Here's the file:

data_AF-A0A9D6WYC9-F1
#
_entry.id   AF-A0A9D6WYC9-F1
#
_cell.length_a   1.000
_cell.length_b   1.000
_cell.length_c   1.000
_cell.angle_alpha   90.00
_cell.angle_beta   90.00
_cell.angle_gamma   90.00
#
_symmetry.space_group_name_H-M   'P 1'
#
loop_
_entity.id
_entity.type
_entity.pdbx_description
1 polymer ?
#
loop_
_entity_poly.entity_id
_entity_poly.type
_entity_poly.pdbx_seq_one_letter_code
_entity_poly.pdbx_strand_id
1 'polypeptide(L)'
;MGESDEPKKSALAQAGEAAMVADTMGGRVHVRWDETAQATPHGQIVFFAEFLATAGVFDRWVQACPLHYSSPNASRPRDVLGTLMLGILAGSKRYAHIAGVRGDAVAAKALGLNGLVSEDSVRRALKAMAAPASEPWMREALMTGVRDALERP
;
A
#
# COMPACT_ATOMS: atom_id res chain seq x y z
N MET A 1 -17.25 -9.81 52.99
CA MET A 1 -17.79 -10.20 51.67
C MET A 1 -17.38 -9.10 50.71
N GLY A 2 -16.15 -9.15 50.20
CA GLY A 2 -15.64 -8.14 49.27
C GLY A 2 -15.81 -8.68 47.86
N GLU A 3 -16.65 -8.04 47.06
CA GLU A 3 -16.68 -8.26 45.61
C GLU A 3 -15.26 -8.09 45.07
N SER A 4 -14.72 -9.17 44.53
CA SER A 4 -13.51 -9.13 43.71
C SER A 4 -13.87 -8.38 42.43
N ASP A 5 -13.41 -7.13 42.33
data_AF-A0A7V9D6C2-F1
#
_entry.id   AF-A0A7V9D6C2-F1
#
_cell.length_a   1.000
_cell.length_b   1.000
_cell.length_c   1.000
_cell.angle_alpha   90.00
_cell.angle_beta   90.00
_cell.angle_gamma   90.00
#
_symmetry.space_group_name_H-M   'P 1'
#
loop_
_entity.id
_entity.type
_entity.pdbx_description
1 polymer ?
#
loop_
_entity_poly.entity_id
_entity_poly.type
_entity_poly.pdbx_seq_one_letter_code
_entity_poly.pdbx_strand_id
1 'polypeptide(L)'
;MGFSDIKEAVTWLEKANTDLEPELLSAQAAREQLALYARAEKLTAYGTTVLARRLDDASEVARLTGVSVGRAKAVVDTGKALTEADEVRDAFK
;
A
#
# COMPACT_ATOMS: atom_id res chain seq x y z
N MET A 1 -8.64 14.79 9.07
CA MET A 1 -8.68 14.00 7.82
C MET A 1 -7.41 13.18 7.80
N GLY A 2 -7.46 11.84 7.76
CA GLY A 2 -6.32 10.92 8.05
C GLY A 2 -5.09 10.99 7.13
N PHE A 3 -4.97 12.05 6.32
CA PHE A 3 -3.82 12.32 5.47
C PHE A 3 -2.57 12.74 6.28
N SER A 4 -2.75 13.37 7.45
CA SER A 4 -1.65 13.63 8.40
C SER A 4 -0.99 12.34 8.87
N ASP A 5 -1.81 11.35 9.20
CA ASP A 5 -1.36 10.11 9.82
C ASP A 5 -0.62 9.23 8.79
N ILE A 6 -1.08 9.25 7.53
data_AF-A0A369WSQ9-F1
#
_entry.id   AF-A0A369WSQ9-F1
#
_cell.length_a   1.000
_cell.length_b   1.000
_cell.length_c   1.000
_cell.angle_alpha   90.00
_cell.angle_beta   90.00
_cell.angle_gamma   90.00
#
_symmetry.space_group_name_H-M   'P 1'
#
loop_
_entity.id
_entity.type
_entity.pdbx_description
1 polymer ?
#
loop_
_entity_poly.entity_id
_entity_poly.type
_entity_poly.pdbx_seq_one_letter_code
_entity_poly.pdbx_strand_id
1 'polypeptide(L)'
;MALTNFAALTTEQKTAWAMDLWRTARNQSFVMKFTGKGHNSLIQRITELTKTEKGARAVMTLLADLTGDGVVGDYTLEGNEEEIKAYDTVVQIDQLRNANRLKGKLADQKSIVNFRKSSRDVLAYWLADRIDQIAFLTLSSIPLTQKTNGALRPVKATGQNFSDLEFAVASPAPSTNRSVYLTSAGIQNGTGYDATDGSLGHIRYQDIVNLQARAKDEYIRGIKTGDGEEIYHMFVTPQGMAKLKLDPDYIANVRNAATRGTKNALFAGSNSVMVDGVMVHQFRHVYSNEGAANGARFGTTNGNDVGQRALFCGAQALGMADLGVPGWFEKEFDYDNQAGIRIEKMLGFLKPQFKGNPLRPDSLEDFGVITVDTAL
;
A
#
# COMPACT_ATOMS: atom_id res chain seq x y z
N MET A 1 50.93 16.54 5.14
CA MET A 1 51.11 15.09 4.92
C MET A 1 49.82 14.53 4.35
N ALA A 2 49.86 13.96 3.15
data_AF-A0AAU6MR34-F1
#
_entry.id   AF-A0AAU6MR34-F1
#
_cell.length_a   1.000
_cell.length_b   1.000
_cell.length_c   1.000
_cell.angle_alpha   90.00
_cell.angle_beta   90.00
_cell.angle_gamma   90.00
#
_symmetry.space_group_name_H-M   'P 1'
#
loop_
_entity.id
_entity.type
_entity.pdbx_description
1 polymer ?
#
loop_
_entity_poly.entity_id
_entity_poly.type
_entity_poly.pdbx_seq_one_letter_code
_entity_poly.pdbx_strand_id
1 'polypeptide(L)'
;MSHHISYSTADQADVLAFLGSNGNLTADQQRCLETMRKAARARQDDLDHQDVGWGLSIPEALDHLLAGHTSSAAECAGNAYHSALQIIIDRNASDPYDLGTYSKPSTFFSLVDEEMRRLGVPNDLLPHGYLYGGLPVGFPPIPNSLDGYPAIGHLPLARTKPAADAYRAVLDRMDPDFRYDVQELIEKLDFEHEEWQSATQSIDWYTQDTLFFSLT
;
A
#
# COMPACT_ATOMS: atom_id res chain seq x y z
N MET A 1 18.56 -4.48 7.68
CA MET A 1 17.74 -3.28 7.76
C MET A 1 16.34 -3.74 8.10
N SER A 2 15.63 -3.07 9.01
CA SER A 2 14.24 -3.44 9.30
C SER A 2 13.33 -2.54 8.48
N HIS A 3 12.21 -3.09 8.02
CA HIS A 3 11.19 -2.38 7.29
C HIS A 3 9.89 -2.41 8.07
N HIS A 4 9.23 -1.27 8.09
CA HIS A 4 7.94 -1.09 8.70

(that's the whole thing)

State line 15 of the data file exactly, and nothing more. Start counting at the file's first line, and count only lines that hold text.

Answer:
_entity.id